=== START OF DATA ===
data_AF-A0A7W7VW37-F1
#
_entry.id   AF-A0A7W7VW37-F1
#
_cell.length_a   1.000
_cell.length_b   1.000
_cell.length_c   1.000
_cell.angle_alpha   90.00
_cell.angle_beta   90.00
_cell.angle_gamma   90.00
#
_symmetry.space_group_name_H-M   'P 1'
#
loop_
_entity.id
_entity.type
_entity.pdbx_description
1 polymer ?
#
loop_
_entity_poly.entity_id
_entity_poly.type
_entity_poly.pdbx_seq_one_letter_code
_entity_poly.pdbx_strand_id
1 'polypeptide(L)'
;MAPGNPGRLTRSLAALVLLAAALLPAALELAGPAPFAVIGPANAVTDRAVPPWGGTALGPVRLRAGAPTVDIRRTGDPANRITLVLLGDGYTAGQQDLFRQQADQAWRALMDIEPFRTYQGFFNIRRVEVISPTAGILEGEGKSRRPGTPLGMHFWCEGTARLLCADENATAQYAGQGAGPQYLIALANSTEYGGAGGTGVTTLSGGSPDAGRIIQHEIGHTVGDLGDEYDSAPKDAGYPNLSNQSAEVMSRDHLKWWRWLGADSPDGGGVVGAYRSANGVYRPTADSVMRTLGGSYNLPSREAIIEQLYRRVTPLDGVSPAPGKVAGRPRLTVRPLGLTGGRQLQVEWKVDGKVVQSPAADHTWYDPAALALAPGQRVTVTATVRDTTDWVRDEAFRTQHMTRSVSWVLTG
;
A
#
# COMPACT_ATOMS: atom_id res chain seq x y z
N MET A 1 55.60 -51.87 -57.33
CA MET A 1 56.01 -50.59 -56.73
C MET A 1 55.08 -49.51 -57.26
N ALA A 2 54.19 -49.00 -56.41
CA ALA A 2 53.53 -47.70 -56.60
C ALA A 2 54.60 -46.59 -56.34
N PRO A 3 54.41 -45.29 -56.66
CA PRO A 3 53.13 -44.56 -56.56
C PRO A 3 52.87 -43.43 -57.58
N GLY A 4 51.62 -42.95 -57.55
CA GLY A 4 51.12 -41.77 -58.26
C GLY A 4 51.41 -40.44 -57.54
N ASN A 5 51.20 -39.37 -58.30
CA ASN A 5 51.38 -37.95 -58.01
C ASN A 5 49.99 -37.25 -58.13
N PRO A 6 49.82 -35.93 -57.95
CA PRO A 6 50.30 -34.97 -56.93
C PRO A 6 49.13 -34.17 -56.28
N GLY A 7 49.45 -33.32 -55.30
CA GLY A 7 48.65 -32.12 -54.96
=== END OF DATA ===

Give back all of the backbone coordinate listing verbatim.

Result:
data_AF-A0A7W7VW37-F1
#
_entry.id   AF-A0A7W7VW37-F1
#
_cell.length_a   1.000
_cell.length_b   1.000
_cell.length_c   1.000
_cell.angle_alpha   90.00
_cell.angle_beta   90.00
_cell.angle_gamma   90.00
#
_symmetry.space_group_name_H-M   'P 1'
#
loop_
_entity.id
_entity.type
_entity.pdbx_description
1 polymer ?
#
loop_
_entity_poly.entity_id
_entity_poly.type
_entity_poly.pdbx_seq_one_letter_code
_entity_poly.pdbx_strand_id
1 'polypeptide(L)'
;MAPGNPGRLTRSLAALVLLAAALLPAALELAGPAPFAVIGPANAVTDRAVPPWGGTALGPVRLRAGAPTVDIRRTGDPANRITLVLLGDGYTAGQQDLFRQQADQAWRALMDIEPFRTYQGFFNIRRVEVISPTAGILEGEGKSRRPGTPLGMHFWCEGTARLLCADENATAQYAGQGAGPQYLIALANSTEYGGAGGTGVTTLSGGSPDAGRIIQHEIGHTVGDLGDEYDSAPKDAGYPNLSNQSAEVMSRDHLKWWRWLGADSPDGGGVVGAYRSANGVYRPTADSVMRTLGGSYNLPSREAIIEQLYRRVTPLDGVSPAPGKVAGRPRLTVRPLGLTGGRQLQVEWKVDGKVVQSPAADHTWYDPAALALAPGQRVTVTATVRDTTDWVRDEAFRTQHMTRSVSWVLTG
;
A
#
# COMPACT_ATOMS: atom_id res chain seq x y z
N MET A 1 55.60 -51.87 -57.33
CA MET A 1 56.01 -50.59 -56.73
C MET A 1 55.08 -49.51 -57.26
N ALA A 2 54.19 -49.00 -56.41
CA ALA A 2 53.53 -47.70 -56.60
C ALA A 2 54.60 -46.59 -56.34
N PRO A 3 54.41 -45.29 -56.66
CA PRO A 3 53.13 -44.56 -56.56
C PRO A 3 52.87 -43.43 -57.58
N GLY A 4 51.62 -42.95 -57.55
CA GLY A 4 51.12 -41.77 -58.26
C GLY A 4 51.41 -40.44 -57.54
N ASN A 5 51.20 -39.37 -58.30
CA ASN A 5 51.38 -37.95 -58.01
C ASN A 5 49.99 -37.25 -58.13
N PRO A 6 49.82 -35.93 -57.95
CA PRO A 6 50.30 -34.97 -56.93
C PRO A 6 49.13 -34.17 -56.28
N GLY A 7 49.45 -33.32 -55.30
CA GLY A 7 48.65 -32.12 -54.96